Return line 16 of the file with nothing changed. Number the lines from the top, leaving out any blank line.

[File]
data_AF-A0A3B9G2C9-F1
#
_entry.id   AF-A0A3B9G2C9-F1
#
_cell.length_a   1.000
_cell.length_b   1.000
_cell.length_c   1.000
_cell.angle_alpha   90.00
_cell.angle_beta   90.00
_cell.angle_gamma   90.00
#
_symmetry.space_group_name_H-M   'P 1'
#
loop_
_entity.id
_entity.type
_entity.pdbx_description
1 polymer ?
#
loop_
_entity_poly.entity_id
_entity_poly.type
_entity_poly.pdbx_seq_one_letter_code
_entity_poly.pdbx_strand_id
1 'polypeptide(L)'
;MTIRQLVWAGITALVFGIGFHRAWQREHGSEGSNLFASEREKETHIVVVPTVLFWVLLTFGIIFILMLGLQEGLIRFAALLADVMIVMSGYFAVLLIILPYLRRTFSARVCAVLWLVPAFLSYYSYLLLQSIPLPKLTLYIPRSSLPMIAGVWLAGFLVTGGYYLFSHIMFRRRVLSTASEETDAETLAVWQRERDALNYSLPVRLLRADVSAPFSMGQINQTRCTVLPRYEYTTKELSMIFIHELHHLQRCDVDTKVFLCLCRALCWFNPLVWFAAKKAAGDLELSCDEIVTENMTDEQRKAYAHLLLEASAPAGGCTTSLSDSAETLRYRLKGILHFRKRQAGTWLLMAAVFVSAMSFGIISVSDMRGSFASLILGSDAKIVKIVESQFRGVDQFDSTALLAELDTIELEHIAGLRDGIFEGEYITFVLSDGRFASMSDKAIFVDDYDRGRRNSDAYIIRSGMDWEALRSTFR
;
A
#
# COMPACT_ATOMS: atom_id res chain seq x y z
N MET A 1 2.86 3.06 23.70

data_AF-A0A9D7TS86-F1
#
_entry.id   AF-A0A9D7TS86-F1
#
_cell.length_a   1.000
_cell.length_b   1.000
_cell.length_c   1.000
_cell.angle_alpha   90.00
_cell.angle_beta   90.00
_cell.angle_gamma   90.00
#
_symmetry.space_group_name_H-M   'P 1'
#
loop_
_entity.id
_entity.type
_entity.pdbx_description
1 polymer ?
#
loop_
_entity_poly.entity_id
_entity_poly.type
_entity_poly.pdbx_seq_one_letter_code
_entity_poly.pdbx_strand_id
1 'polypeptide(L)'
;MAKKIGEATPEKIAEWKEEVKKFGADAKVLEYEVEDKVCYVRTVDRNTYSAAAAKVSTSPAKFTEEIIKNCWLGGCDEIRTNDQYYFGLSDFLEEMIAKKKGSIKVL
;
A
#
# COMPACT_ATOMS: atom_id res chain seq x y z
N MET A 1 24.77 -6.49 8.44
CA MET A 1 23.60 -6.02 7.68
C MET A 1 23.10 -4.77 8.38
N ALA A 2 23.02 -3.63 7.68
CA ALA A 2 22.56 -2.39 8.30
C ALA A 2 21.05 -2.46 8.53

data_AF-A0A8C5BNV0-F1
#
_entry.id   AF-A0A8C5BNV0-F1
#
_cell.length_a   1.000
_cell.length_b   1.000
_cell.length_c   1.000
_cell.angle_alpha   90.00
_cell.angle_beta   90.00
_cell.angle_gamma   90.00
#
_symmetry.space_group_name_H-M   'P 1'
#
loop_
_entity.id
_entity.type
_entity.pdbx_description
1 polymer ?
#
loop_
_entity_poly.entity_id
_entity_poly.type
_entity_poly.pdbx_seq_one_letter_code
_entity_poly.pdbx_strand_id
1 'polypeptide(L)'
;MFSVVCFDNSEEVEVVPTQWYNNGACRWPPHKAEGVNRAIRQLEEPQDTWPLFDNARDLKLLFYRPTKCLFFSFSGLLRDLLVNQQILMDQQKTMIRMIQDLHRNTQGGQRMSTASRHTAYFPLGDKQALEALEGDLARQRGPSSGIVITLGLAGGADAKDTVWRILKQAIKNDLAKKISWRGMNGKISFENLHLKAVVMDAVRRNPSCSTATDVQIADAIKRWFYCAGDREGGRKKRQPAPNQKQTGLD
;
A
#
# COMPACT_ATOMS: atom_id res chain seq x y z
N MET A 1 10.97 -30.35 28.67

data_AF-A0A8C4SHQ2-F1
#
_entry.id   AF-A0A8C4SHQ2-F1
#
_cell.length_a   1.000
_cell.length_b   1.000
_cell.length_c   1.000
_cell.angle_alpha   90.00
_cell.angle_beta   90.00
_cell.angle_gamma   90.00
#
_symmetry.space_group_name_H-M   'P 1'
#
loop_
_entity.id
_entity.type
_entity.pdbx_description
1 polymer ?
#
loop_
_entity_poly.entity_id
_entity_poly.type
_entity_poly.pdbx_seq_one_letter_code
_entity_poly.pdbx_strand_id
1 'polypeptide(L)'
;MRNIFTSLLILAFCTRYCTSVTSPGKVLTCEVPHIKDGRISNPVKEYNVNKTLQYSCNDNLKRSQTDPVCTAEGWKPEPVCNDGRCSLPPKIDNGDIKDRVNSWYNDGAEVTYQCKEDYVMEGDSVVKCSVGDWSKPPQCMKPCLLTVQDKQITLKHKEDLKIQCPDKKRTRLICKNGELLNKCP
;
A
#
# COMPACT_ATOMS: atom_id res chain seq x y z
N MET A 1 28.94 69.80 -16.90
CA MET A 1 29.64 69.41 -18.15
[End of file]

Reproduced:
_entity.type